Khan Academy founder Sal Khan predicts that, in the future, AI tutors will be as commonplace to students as computers and tablets are today.
Khanmigo is an example of such a tutor, backed by OpenAI’s latest large language model, GPT-4, which Khan Academy, a nonprofit organization that offers free online lessons, implemented into its online videos in July. As students watch videos on topics ranging from geometry to AP US History, they can now access an AI assistant via a pop-up window that will provide Socratic-method-type questions and hints if they’re stuck.
Tutoring is expensive in the US, and the goal of the AI tutor is to help students receive low-cost personalized support. Khanmigo costs $9 a month, which helps cover the cost for the company of running on GPT-4. Some school districts will even take care of that cost, Khan said.
Khanmigo also provides AI-driven lessons where students can debate, learn how to fine-tune arguments, or have a conversation with a historical or literary figure—though it’s limited to a pre-defined set of questions and characters. Each response from the AI assistant comes with a thumbs up or thumbs down emoji, and Khan Academy will use that feedback to improve the generative AI tool. Teachers can also chat with the AI tutor to help create lesson plans.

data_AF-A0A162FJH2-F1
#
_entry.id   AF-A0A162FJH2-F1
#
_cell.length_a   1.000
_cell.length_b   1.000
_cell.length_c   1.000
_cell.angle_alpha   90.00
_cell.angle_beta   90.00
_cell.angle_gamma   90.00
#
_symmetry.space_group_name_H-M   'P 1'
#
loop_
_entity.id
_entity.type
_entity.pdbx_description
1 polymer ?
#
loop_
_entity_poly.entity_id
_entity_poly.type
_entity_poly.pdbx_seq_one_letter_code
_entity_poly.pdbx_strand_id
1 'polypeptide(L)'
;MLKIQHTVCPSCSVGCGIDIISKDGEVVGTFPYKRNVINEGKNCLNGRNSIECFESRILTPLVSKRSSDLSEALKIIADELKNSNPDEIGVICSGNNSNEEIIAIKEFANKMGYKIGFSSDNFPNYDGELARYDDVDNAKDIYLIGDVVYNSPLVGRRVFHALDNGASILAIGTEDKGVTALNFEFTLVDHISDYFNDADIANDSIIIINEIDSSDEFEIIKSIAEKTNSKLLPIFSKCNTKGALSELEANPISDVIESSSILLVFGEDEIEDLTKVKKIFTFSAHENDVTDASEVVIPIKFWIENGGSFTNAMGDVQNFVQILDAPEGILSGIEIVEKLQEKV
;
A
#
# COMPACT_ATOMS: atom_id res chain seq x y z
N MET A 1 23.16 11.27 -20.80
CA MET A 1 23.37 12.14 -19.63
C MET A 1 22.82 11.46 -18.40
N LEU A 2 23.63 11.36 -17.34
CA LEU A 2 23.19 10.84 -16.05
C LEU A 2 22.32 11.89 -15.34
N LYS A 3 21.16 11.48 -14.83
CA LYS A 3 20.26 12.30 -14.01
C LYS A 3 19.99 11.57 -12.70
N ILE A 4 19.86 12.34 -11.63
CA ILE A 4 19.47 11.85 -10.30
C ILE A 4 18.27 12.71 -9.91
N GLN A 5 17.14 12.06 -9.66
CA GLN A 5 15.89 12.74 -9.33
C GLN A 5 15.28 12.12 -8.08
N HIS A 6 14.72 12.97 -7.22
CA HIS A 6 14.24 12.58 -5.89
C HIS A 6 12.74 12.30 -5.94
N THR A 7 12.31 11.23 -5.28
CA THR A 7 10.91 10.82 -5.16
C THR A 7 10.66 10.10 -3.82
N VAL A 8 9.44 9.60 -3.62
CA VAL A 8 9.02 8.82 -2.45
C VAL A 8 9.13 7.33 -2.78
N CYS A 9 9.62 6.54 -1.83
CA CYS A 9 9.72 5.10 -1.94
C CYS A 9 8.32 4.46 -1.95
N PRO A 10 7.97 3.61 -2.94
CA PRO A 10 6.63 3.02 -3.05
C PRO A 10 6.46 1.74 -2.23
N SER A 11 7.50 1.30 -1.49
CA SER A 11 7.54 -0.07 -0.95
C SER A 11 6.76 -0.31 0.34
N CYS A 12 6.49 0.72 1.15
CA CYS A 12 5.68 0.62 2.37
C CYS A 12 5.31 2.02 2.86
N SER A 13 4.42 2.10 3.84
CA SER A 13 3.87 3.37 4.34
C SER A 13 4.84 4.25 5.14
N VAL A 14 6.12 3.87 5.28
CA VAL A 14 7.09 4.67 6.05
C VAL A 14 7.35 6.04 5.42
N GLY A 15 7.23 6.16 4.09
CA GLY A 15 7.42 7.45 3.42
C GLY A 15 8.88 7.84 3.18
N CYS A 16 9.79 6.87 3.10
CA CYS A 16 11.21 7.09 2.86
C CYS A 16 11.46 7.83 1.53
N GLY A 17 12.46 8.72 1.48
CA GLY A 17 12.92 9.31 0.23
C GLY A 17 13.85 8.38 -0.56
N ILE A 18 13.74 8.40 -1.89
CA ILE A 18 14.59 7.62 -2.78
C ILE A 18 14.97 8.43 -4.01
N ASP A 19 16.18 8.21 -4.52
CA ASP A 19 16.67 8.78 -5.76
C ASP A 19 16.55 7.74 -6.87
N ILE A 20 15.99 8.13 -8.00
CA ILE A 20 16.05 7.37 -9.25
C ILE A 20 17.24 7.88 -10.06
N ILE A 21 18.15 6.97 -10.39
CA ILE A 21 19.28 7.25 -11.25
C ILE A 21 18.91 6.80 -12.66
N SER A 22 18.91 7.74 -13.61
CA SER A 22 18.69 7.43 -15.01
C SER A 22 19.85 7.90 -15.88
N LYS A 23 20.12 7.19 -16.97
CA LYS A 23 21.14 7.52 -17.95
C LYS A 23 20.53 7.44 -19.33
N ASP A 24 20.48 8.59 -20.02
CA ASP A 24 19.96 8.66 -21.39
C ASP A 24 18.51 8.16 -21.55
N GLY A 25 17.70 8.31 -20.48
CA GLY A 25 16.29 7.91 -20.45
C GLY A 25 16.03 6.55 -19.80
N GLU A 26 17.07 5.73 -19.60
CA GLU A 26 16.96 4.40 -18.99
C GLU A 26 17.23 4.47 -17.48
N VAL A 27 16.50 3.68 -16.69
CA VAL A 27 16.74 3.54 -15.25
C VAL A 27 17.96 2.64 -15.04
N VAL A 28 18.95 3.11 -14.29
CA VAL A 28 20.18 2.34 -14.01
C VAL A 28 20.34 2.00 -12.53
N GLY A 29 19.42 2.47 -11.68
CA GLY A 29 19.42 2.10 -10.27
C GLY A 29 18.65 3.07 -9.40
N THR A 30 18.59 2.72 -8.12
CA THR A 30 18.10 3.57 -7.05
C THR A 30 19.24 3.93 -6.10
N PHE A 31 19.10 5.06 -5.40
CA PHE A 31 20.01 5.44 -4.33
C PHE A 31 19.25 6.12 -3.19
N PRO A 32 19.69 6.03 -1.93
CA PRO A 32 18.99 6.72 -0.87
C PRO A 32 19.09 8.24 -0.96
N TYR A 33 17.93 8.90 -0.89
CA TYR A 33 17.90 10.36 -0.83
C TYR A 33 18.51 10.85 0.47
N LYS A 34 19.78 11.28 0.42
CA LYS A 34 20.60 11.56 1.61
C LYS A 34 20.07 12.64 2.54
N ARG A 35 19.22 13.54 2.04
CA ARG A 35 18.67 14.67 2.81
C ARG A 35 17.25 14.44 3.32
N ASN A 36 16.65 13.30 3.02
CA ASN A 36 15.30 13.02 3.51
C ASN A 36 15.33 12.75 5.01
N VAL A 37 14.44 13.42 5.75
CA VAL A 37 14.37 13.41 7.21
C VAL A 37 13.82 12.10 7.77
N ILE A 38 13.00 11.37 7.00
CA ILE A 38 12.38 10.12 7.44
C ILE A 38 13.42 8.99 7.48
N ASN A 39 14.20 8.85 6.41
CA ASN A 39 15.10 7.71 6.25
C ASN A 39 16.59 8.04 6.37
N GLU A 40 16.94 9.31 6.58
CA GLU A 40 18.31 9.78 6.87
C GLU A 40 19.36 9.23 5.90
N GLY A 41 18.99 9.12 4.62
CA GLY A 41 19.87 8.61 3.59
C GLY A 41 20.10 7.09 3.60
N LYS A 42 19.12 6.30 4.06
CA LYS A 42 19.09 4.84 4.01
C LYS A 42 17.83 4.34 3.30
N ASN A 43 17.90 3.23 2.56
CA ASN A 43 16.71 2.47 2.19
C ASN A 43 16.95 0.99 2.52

To date, some 30,000 students and teachers use or plan to adopt in the coming month Khanmigo, according to the company.
Last July, Khan said that OpenAI’s co-founders Sam Altman and Gregg Brockman reached out to him to talk about GPT-4. At first, he did not think an AI tutor would be possible during his lifetime, but, after seeing the demos, Khan’s opinion changed. “This changes everything about what Khan Academy is and could aspire to be,” he said.
A big concern swirling around generative AI is its ability to hallucinate or make up facts. In response, Khan said a lot of user interactions with Khanmigo are trained on Khan Academy content, which makes it more difficult for the generative AI tool to hallucinate since it is being trained on specific data.
One common criticism of online education is the lack of engagement, which is why not every class is virtual. The biggest benefit of the AI tutor, right now, is that it can benefit the “super curious kid,” as Khan puts it. But, there’s another category of students who are stuck while they are working on a problem set or watching a tutorial, and that’s where Khanmigo can start to help, he said.
In the future, Khan said AI tutors will be able to act as “memory” where they can send students messages and hold them accountable for the goals they set—promising this feature for as soon as next year. “Stuff like this is going to be really powerful,” Khan said.